Sounds like you’ve got a job on your hands there! I look forward to reading more and thanks, we’ll share the website, so expect some traffic from here. Thanks again,


  90. James Johnson Collier

    Been following this project since the “Night Fighter” days and really pleased that something like this is finally happening! If I had ANY criticism to make it would be any model of “two stage super charger” Mossie would be far sexier to behold than a IV or a VI but hey let’s just get those wings in the sky!!!

    1. Thanks James. Our plan is to use Packard built 60 series Merlins which should give us plenty of grunt although the second stage supercharger won’t be utilised as we will be restricted to 8,500ft above MSL and a max airspeed of 250kts.

  91. What a worthy and brilliant idea and project! I would love to involve my money and time as requirements/availability allow. Whilst I understand perfectly the push towards Social Media, how do you intend to keep people (like me) informed who have no interest in – nor account with – Facebook or Twitter?

    1. Thanks John. We update this site with news so you can follow us on here if you don’t participate in Facebook or Twitter. We are also attending some airshows as funds allow this year so you can have a chat in person.

  92. This is extraordinary. During the 80s I was part of a team looking for pieces of RL249 at the crash-site. Among the parts found was a parachute harness quick-release box. I was amazed to read what happened to the wreck afterwards. BC

  93. Great website and a great project. Looking forward to seeing one flying over Holland !

    Best of luck with the project and greetings from Holland

    1. Hi Kees, Thanks for your comment. We hope to be able to display the aircraft on mainland Europe at some stage, but this will depend on getting authorisation from each country, which will have financial implications. But it is definitely something we want try to do.

  94. Having watched the project from the begining, I am glad to see things moving forward. I have been an avid warbirds fan from a very young age when my father took me to Old Warden to watch the Shuttleworth Collection fly its superb aircraft. Nowardays I have grandsons who are becoming interested in planes and history and I believe adamantly that projects like this are hugely important to not only thrill and inspire the next generation, but to educate them about the cost of the freedom we so casually enjoy now. If I can help in any way to further this fantastic project please let me know and you have my heart felt appreciation and best wishes for this wonderful endevour! Lets see a wooden wonder grace the skys again!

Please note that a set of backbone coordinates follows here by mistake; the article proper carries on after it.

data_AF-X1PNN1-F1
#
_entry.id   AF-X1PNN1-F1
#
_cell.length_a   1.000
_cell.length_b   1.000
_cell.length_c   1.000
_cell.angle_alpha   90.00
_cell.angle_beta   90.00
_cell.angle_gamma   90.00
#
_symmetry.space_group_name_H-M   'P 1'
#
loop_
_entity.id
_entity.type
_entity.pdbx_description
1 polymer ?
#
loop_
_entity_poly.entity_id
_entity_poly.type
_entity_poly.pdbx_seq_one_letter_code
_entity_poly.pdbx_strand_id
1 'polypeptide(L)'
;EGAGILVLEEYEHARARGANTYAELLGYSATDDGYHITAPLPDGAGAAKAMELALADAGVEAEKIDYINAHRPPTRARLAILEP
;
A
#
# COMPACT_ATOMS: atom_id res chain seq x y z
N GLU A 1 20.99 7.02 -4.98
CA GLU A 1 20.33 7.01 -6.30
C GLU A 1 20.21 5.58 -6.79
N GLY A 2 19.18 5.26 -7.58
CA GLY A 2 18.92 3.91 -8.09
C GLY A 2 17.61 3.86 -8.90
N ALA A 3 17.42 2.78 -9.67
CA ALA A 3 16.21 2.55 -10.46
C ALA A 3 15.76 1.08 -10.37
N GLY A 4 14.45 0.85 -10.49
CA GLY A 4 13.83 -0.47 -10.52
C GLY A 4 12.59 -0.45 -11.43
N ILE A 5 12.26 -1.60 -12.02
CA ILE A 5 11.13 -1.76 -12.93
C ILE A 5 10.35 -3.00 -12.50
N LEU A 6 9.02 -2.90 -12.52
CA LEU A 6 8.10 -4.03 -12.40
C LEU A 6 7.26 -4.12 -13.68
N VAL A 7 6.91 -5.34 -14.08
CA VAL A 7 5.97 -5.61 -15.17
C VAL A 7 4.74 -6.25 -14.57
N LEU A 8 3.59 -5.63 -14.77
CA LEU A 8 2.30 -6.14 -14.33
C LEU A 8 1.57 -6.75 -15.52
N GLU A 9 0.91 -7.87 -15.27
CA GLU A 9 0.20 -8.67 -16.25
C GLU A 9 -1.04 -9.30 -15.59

1. Thanks for your words of support Brian, they are much appreciated. We too believe in the importance of projects such as ours in educating future generations, in both engineering terms and regarding the sacrifices made by previous generations. As you will no doubt have seen, our motto is “To Fly, To Educate, To Remember” which we hope reinforces those aims. Thanks for your continued support.

  95. Of course it goes without saying ,We should have an air worthy mosquito they are as much an iconic air craft as the good old spitfire ,Hurricane etc ..It would be an enormous feeling to see a Mosquito flying along side the BBMF .A day I hope is not too far away.,I wish you luck and I know you will achieve this goal .

  96. Sounds almost too good to be true and can only wish you the best of luck with this wonderful venture. I remember seeing the the Mosquito flying only once, driving away from RAF Wyton main gate. I heard the unmistakable sound of the twin merlins and round the ‘curve’ of the Hangars she flew straight across in front of me at treetop height – unforgetable !! I will follow this closely – again best of luck

    1. Thanks for getting in touch Andy. Yes, it is a very special sound and one which we hope to bring back to the skies of the UK in the not-too-distant future. Thanks for your support.

  97. andrew thomson

    Further to my comments above, the last time I watched a Mosquito in the air was by pure chance at RAF Wyton (I think around 1993) whilst stationed there. Driving away from the main gate twoards the ahngars and the road to Huntingdon I became aware of the unmistakeable sound of twin Merlins, and looking up seen the Mosquito curving around the Hangars no more than 100 feet up…a wonderful sight, this was the only time I ever watched her fly. I would love to become involved somehow as per your notices. Let me know


    1. Hi Andy – further to our previous reply – if you would like to be involved, we are making a database of interested individuals. Please could you email us at infoATpeoplesmosquito.org.uk outlining your areas of expertise, interests and a brief resume, to give us an idea of where you might best fit in. Many thanks, Nick.